Written by Mark Firkins
While spring brings me comfort and the start of a new baseball season, it’s summer that brings out my true passion for the game. June signals the start of the NY PENN League. A Class A, short season league that plays from mid June until Labor Day weekend (75 games), featuring 14 teams in three divisions (McNamara, Pickney, and Stedler). The NY PENN League has a long and proud history dating back to 1939. The team closest to my home in Western NY is in Batavia (halfway between Rochester and Buffalo). Batavia has been called home of the NY PENN League and is one of the founding clubs.
The current team is called the Muckdogs and they are affiliated with the Miami Marlins. In the past they have been called the Clippers, Trojans, Indians, and Pirates. They have been affiliated with the Pirates, Mets, Indians, Tigers, Cardinals, and Phillies.
With a population of less than 16,000, Batavia is one of the smallest cities to host a professional baseball team in 21st century United States. Yet, they have produced more than their share of Major League players. Ryan Howard, Chase Utley, Carlos Carrasco, J.A. Happ, Gene Baker, Woodie Fryman, Matt Carpenter, Andy Ashby and dozens of others have all called Batavia home for a summer.
While I enjoy my trips to MLB stadiums and my press box view at AAA Rochester, I honestly feel most at home in Batavia and the other NY PENN League stadiums I visit. There is no seat that is not up close to the action. You can hear the players chatter and manager/coaches talk in the dugout. The Umpires calls are loud and clear. The crack of a maple bat can be heard anywhere in the park. While most stadiums are more modern with plenty of good amenities; the crowds, character, and feel of this league is not that far removed from the classic baseball movie Bull Durham.
For most of the players in this league, this is their first taste of professional baseball and part of their long journey to the majors. It’s a diverse mix of the occasional #1 draft picks through #40 picks. Recently graduated and drafted high school players, junior college, Division I, and international players are assembled onto a team and all play together. I’ve seen Indians top pick Will Benson, OF – Mahoning Valley Scrappers, play against Marlins #40 pick Matt Foley, Catcher (both players I have profiled and can be seen in my older posts). I was treated to a perfect game on June 24, 2015 (thrown by Muckdogs Pitchers, Gabriel Castellanos, Brett Lilek, and Steven Farnworth) and have seen 22-0 losses. On rare occasions I’ve seen veteran MLB players on rehab assignments face off against top prospects.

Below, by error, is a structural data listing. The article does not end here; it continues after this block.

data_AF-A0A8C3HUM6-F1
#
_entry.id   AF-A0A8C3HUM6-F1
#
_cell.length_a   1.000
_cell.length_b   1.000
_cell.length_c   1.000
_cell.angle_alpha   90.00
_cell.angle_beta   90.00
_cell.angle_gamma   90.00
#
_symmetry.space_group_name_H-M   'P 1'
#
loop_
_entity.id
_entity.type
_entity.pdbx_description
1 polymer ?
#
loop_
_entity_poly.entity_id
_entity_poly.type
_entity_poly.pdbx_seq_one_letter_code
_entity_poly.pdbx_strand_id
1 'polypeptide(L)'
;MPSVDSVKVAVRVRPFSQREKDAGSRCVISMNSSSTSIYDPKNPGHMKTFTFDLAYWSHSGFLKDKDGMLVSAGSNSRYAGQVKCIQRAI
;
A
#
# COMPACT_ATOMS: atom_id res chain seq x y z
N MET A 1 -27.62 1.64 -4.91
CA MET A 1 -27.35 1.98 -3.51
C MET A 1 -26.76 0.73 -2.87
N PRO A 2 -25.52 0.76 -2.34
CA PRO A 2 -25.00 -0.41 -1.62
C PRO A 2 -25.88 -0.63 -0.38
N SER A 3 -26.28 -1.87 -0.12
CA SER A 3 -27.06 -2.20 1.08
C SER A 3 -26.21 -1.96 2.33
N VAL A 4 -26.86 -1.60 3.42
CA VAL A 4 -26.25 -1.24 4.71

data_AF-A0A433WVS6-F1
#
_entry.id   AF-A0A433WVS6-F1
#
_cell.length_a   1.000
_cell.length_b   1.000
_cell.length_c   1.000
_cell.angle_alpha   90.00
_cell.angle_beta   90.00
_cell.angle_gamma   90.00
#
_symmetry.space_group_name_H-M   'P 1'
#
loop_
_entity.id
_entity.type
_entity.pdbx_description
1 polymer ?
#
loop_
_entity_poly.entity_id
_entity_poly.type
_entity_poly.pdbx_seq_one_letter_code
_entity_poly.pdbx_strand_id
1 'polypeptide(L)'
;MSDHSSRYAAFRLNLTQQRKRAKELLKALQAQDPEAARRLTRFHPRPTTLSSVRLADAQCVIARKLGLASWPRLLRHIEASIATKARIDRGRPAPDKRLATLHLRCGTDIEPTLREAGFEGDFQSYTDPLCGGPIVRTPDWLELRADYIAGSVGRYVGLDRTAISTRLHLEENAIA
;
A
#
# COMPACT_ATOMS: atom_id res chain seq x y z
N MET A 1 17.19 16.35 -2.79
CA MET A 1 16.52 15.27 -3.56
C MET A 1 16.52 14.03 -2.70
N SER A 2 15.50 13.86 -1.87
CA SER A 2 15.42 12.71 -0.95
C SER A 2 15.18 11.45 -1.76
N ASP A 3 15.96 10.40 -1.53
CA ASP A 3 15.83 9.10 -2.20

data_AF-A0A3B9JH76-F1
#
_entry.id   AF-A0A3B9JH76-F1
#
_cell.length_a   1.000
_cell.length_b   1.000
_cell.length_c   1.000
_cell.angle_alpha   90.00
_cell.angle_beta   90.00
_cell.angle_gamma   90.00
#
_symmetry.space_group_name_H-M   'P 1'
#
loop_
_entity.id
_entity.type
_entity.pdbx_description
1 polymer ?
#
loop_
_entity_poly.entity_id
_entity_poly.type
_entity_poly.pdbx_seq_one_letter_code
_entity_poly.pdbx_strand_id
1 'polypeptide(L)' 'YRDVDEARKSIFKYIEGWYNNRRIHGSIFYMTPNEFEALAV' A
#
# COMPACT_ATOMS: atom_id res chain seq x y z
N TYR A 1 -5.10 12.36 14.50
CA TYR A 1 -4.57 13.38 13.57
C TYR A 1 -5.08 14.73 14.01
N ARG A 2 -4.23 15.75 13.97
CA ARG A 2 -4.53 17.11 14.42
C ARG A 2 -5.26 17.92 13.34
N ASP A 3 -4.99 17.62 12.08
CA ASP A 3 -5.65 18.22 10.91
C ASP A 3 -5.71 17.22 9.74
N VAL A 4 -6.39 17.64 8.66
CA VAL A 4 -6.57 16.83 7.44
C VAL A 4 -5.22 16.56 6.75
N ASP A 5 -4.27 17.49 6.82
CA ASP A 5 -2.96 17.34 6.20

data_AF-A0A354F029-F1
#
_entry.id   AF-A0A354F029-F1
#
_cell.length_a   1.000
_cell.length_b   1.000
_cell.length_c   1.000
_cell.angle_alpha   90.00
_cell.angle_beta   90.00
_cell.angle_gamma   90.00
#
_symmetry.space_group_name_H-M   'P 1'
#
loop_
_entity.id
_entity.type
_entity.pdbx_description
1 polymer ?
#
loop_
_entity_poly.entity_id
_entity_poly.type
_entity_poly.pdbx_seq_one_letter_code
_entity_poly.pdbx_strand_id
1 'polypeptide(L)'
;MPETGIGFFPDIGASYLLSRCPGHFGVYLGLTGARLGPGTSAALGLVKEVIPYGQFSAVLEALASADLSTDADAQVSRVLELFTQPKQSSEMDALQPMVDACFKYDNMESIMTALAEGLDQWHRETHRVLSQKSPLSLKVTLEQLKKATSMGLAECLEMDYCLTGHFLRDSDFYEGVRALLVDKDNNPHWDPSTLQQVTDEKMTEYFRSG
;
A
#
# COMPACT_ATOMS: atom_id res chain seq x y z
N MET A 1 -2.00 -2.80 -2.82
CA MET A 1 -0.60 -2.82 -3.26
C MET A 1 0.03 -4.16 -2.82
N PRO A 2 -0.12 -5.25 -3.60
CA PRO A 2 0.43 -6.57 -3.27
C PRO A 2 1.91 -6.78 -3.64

The players are there to learn, mature and develop. There’s no shortage of ex-MLB players who have, or still are, coaching at this level to teach these fresh players the ins and outs of the pro game. Pat Borders, Travis Fryman, Tim Raines, Luke Carlin, Joel Skinner, Buck Showalter and many other famous names have all manned the dugouts in this league. The Brooklyn Cyclones alone feature 1980’s Mets greats Edgar Alfonso, Howard Johnson, and Bobby Ojeda as their coaching trio.
The NY PENN League opens on June 18th. I will once again find my seats in the sun a few rows above the visitors dugout, on the third base side. While rosters are still being put together, I’m excited to watch a fresh batch of eager, young players from all of the teams. I look forward to seeing all of the different uniform colors, interesting team names and logos. I’m eager to witness a player get his first professional hit, RBI, and home run with a wooden bat. As the season progresses I start to wonder, which of these players will eventually make it to their MLB club? Who will be the next Francisco Lindor and rise rapidly through the MiLB system to stardom? Will I watch a player quietly fly under the radar and play his way to a Major League roster like Brian Anderson? Which player will be like Pitcher Brandon Mann? A player who grinds out another season in the minors, becomes a fan favorite, has the heart of a lion, and never gives up on his dream of playing in the MLB.
Summer and baseball go hand in hand. It’s time to get outside, visit with friends you haven’t seen since the end of last season, and meet and chat with new, great baseball fans at the ballpark you’re at that night. To me there’s nothing more American than watching our national pastime and seeing young talent getting their first chance to play professionally. The NY PENN League offers just that, 14 teams, 350 players, most playing professional baseball for the first time and providing their fans with entertainment.